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The new U.S. Climate Normals are here. What do they tell us about climate change?

May 4, 2021
A collage of weather systems including thunderstorms, rain, heat waves, and fair weather.

Every 10 years, NOAA releases an analysis of U.S. weather of the past three decades that calculates average values for temperature, rainfall and other conditions.  

That time has come again.

Known as the U.S. Climate Normals, these 30-year averages — now spanning 1991-2020 — represent the new “normals” of our changing climate. They are calculated using climate observations collected at local weather stations across the country and are corrected for bad or missing values and any changes to the weather station over time before becoming part of the climate record.

Simply stated: The Normals are the basis for judging how daily, monthly and annual climate conditions compare to what’s normal for a specific location in today’s climate. 

A NOAA employee in Asheville, North Carolina resets the index on a pair of minimum/maximum thermometers in a NOAA weather station. The index in the fluid marks the high and low of the day.
A NOAA employee in Asheville, North Carolina resets the index on a pair of minimum/maximum thermometers in a NOAA weather station. The index in the fluid marks the high and low of the day. (NOAA/Bryant Korzeniewski)

For the past decade, the Normals have been based on weather observations from 1981 to 2010. In early May, climate experts at NOAA’s National Centers for Environmental Information (NCEI) issued an updated collection based on the weather occurring from 1991 to 2020. The data set reflects a “new normal” that takes the most recent 30 years of climate change-influenced weather and climate conditions into account. (More: See our Climate Normals Explainer.) 

A warmer normal

The U.S. Climate Normals collection has 10 versions: 1901-1930, 1911-1940 and so on through 1991-2020. In the image below, we’ve compared the U.S. annual average temperature during each Normals period to the 20th-century average (1901-2000). The influence of long-term global warming is obvious: The earliest map in the series has the most widespread and darkest blues, and the most recent map has the most widespread and darkest reds.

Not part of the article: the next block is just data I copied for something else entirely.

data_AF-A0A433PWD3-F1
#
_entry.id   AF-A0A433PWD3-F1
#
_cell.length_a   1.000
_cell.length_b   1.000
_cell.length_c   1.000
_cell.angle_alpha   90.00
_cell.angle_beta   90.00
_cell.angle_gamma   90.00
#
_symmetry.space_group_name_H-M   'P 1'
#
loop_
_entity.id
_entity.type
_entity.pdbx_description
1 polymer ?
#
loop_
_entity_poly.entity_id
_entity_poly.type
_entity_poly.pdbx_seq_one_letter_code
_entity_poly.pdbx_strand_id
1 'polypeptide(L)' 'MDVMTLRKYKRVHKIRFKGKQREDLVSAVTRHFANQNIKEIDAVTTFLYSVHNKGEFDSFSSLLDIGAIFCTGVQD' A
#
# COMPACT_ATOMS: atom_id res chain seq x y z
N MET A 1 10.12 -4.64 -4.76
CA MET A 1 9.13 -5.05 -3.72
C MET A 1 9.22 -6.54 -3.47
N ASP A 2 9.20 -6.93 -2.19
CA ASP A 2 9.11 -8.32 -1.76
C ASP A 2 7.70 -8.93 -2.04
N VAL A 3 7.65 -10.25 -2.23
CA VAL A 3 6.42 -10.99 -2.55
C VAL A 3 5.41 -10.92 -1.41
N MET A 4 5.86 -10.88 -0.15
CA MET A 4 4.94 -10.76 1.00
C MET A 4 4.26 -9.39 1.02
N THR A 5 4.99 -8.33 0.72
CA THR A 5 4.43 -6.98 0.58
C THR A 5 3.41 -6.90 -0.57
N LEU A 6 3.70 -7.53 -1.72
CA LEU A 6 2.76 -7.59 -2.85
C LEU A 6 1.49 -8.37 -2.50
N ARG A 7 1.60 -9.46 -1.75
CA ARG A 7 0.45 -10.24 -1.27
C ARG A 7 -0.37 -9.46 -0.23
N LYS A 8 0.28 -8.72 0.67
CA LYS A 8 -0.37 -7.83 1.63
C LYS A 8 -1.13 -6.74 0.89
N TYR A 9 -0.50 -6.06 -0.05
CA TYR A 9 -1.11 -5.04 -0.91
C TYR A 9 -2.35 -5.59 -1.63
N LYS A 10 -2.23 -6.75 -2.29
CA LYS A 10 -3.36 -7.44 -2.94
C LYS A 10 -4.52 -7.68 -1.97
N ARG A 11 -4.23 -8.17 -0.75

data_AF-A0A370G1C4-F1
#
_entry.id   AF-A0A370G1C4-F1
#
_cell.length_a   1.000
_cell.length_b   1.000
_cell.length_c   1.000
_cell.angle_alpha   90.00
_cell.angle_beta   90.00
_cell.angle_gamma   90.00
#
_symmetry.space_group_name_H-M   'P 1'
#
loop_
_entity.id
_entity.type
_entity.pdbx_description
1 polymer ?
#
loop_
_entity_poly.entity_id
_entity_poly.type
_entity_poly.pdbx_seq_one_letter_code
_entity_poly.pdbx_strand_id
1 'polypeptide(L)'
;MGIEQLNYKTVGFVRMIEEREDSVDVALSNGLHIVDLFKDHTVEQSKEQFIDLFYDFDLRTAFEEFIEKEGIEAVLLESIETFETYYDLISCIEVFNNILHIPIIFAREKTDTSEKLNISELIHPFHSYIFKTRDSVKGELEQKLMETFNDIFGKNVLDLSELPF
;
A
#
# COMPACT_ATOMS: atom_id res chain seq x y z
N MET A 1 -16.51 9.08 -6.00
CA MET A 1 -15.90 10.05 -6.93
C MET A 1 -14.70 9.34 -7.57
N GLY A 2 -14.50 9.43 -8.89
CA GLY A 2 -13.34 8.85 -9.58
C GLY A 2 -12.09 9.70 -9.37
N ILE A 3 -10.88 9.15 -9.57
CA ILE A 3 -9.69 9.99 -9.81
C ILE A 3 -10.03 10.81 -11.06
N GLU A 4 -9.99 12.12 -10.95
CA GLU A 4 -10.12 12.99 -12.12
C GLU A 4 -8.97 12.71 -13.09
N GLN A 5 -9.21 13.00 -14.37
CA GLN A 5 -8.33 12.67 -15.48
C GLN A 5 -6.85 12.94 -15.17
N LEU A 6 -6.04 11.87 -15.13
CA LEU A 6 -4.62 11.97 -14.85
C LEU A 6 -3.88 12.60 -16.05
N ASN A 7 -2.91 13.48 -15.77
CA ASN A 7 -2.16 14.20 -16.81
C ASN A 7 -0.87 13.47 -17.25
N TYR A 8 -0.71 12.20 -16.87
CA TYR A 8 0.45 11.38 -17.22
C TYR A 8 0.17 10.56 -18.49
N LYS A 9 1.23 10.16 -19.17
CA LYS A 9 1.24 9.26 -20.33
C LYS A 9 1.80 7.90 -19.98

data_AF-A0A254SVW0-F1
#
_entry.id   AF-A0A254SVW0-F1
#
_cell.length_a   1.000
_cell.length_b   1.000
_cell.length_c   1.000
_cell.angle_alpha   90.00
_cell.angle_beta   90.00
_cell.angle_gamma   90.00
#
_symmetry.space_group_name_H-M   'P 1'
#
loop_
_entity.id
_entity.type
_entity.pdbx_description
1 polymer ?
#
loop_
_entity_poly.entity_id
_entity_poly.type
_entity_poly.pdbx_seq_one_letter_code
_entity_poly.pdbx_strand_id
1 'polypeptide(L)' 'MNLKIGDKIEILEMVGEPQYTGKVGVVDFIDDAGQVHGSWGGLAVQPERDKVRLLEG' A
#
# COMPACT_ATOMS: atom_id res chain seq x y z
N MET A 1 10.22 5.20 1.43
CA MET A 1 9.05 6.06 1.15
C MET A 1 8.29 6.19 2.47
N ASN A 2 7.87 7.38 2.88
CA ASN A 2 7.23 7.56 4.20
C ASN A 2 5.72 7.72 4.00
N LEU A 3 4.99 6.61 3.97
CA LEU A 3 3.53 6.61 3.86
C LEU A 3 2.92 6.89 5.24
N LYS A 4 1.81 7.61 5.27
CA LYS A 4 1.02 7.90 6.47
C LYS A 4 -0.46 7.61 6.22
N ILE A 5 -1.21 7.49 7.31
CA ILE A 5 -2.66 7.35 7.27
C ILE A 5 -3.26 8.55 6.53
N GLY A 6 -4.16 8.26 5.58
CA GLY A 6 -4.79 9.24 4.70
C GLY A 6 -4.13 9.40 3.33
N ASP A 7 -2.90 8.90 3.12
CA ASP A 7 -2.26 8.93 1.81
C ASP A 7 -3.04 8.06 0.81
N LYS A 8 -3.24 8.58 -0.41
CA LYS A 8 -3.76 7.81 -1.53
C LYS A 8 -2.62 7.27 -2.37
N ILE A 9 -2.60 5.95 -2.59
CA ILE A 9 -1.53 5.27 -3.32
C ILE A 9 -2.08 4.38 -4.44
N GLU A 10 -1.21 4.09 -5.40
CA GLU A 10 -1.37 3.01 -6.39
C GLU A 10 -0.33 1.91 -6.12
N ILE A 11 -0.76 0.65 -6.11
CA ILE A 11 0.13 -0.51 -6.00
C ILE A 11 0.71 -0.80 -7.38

Annual U.S. temperature compared to the 20th-century average for each U.S. Climate Normals period from 1901-1930 (upper left) to 1991-2020 (lower right). Places where the normal annual temperature was 1.25 degrees or more colder than the 20th-century average are darkest blue; places where normal annual temperature was 1.25 degrees or more warmer than the 20th-century average are darkest red. Maps by NOAA Climate.gov, based on analysis by Jared Rennie, North Carolina Institute for Climate Studies/NCEI.
Annual U.S. temperature compared to the 20th-century average for each U.S. Climate Normals period from 1901-1930 (upper left) to 1991-2020 (lower right). Places where the normal annual temperature was 1.25 degrees or more colder than the 20th-century average are darkest blue; places where normal annual temperature was 1.25 degrees or more warmer than the 20th-century average are darkest red. Maps by NOAA Climate.gov, based on analysis by Jared Rennie, North Carolina Institute for Climate Studies/NCEI. (NOAA Climate.gov)

A wetter normal? 

In the collection of precipitation maps, few places exhibit a precipitation trend that is either steadily wetter or steadily drier than the 20th-century average. Instead, drier areas and wetter areas shift back and forth without an obvious pattern. 

Normal annual U.S. precipitation as a percent of the 20th-century average for each U.S. Climate Normals period from 1901-1930 (upper left) to 1991-2020 (lower right). Places where the normal annual precipitation was 12.5 percent or more below the 20th-century average are darkest brown; places where normal annual precipitation was 12.5 percent or more wetter than the 20th-century average are darkest green. Maps by NOAA Climate.gov, based on analysis by Jared Rennie, North Carolina Institute for Climate Studies/NCEI.
Normal annual U.S. precipitation as a percent of the 20th-century average for each U.S. Climate Normals period from 1901-1930 (upper left) to 1991-2020 (lower right). Places where the normal annual precipitation was 12.5 percent or more below the 20th-century average are darkest brown; places where normal annual precipitation was 12.5 percent or more wetter than the 20th-century average are darkest green. Maps by NOAA Climate.gov, based on analysis by Jared Rennie, North Carolina Institute for Climate Studies/NCEI. (NOAA Climate.gov)

And yet, it’s probably not a coincidence that the last four maps in the series — the 1961-1990, 1971-2000, 1981-2010 and 1991-2020 Normals — are nationally the four wettest-looking maps in the collection. At least some of that wetness relative to the 20th-century average is linked to the overall climate warming and “wetting” of the atmosphere that’s occurred as rising temperatures cause more water to evaporate from the ocean and land surface.

What used to be normal 

The 1991-2020 Normals tell us what is normal in today’s climate. NOAA scientists conduct other analyses that tell us about what used to be normal.

For example, In NOAA’s monthly and annual climate monitoring reports, temperature averages and precipitation totals are ranked in the climate record dating to 1895; U.S. and global climate conditions are compared to the 20th-century average.

Visualizing climate is easier now than ever

NCEI has a collection of maps showing both recent and long-term trends in temperature and precipitation. You can also create a custom graph showing monthly, seasonal or yearly climate conditions for any region, state and many cities that shows the long-term trend. 

The Normals might be shifting, but NOAA scientists and forecasters aren’t losing track of climate change. 

Media contact

John Bateman, (202) 424-0929